Devoting time to understand the audience allows for a more influential message that will encourage action. This also gives the speaker more gravitas in being part of the conversation for climate change.
What does the conversation currently look like?
During global lockdowns instigated by Coronavirus, emissions trackers were recording substantial drops in greenhouse gases. Media outlets and the public were sharing this data and, perhaps most compellingly, images of clearer skies, vehicle-free roads, clearer rivers, and wild animals in areas normally occupied by humans.
In May 2020, the BBC, among others, produced news reports about the positive results but also used it as an opportunity to keep the pressure on to meet net zero. It is these updates and more optimistic outlooks from the media that appear to have kept the climate change, or climate emergency, on the agenda.
The panel of media professionals at the net zero conference questioned the terminology ‘climate emergency’ because of its panic–inducing status.
This term has worked well for climate activist group, Extinction Rebellion (XR). As their name indicates, their tactics rely on disruption. Campaign activity included shutting down central London as activists took to the streets. Shutdowns went nationwide, proving the message had resonated. XR consistently makes the headlines, sometimes for the wrong reasons, but has it inspired meaningful change? It has certainly raised awareness and devised opinions, but thus far, there is no positive assessment of their success for tangible action.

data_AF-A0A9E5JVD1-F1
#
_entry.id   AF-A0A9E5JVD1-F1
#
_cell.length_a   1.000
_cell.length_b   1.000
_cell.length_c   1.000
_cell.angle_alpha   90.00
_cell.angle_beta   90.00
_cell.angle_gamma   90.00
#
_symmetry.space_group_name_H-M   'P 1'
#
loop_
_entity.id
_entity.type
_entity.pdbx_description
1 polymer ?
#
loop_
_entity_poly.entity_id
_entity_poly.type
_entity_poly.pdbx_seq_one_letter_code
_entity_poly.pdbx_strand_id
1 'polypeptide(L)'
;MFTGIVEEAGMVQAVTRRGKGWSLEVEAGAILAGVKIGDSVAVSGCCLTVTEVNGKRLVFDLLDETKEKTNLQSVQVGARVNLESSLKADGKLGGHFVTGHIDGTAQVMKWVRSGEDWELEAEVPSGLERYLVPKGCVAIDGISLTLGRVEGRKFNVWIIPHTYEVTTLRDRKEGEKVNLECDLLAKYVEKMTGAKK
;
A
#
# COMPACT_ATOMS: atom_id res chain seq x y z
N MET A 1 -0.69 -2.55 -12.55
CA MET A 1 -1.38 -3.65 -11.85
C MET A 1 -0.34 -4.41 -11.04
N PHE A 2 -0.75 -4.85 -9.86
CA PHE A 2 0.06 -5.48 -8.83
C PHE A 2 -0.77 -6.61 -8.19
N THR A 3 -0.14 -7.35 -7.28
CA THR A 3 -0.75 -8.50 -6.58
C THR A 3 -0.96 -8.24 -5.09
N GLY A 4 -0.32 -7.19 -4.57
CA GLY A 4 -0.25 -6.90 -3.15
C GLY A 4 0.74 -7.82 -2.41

Place-Based Climate Action Network has a different approach. The non-government organisation focuses on the disconnect between policymaking and individual action. It is a softer, local-scale approach, sharing achievable examples. It seems sensible, and there are helpful resources, but I had never heard of them until finding them in a search. They certainly do not have the same impact as XR, and it is hard to tell if a more positive, optimistic outlook is inspiring the action needed. Perhaps they are not telling their story well enough or perhaps there is no appetite within the media to share this tone of story after all?
So, where do businesses come into the climate change conversation?
In a special report about brand trust post-COVID, the Edelman Trust Barometer reports 70% of respondents feel trusting a brand is as important as ever. It also states 74% of respondents feel a brand’s societal impact is why trust has become so important.
This sentiment is backed up in RepTrak’s 2020 Global RepTrak report, which highlighted the importance of sustainability leadership as a purpose to resonate with customers.
Brands are in a favourable position to communicate climate change, so long as they are genuine, authentic and have the evidence to back up their actions.
This is the opportunity to influence behaviour change and encourage the public to act rather than just be aware. But is the media ready for businesses to use their influential voices to present the story in an optimistic and achievable way?
To do this will require sharing stories that evoke emotion and are human-centric, both in the core of the story and the way the story is communicated. The situation demands urgency, but not fear.
Climate change communication should empower the public and implement the meaningful change that is talked about but too rarely acted on.